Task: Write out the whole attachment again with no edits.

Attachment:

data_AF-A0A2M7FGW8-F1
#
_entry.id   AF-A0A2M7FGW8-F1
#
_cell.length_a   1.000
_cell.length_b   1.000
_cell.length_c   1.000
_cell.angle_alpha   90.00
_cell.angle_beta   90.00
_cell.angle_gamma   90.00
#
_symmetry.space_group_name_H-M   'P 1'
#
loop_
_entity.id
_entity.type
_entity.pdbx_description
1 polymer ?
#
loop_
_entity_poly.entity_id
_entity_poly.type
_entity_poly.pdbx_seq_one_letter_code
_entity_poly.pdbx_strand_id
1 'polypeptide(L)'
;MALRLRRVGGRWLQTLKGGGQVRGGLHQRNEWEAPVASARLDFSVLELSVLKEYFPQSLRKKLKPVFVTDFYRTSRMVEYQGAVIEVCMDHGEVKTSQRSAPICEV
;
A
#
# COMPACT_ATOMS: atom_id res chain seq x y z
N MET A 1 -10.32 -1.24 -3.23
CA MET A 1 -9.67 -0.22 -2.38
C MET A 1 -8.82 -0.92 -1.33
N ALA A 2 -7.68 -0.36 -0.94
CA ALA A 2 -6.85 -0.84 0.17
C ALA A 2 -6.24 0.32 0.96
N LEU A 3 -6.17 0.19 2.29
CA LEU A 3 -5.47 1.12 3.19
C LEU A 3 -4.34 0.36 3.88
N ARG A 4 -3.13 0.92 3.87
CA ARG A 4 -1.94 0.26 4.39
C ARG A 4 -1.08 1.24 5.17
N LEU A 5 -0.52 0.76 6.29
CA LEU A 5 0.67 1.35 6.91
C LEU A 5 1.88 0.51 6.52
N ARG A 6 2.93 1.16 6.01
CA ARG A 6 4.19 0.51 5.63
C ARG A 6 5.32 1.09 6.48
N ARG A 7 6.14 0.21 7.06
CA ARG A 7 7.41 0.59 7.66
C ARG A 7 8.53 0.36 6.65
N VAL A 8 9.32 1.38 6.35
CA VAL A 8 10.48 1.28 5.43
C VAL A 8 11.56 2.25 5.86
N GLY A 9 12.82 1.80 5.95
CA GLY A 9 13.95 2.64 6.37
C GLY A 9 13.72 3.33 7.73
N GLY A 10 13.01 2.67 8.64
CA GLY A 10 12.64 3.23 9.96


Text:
data_AF-A0A2M7FGW8-F1
#
_entry.id   AF-A0A2M7FGW8-F1
#
_cell.length_a   1.000
_cell.length_b   1.000
_cell.length_c   1.000
_cell.angle_alpha   90.00
_cell.angle_beta   90.00
_cell.angle_gamma   90.00
#
_symmetry.space_group_name_H-M   'P 1'
#
loop_
_entity.id
_entity.type
_entity.pdbx_description
1 polymer ?
#
loop_
_entity_poly.entity_id
_entity_poly.type
_entity_poly.pdbx_seq_one_letter_code
_entity_poly.pdbx_strand_id
1 'polypeptide(L)'
;MALRLRRVGGRWLQTLKGGGQVRGGLHQRNEWEAPVASARLDFSVLELSVLKEYFPQSLRKKLKPVFVTDFYRTSRMVEYQGAVIEVCMDHGEVKTSQRSAPICEV
;
A
#
# COMPACT_ATOMS: atom_id res chain seq x y z
N MET A 1 -10.32 -1.24 -3.23
CA MET A 1 -9.67 -0.22 -2.38
C MET A 1 -8.82 -0.92 -1.33
N ALA A 2 -7.68 -0.36 -0.94
CA ALA A 2 -6.85 -0.84 0.17
C ALA A 2 -6.24 0.32 0.96
N LEU A 3 -6.17 0.19 2.29
CA LEU A 3 -5.47 1.12 3.19
C LEU A 3 -4.34 0.36 3.88
N ARG A 4 -3.13 0.92 3.87
CA ARG A 4 -1.94 0.26 4.39
C ARG A 4 -1.08 1.24 5.17
N LEU A 5 -0.52 0.76 6.29
CA LEU A 5 0.67 1.35 6.91
C LEU A 5 1.88 0.51 6.52
N ARG A 6 2.93 1.16 6.01
CA ARG A 6 4.19 0.51 5.63
C ARG A 6 5.32 1.09 6.48
N ARG A 7 6.14 0.21 7.06
CA ARG A 7 7.41 0.59 7.66
C ARG A 7 8.53 0.36 6.65
N VAL A 8 9.32 1.38 6.35
CA VAL A 8 10.48 1.28 5.43
C VAL A 8 11.56 2.25 5.86
N GLY A 9 12.82 1.80 5.95
CA GLY A 9 13.95 2.64 6.37
C GLY A 9 13.72 3.33 7.73
N GLY A 10 13.01 2.67 8.64
CA GLY A 10 12.64 3.23 9.96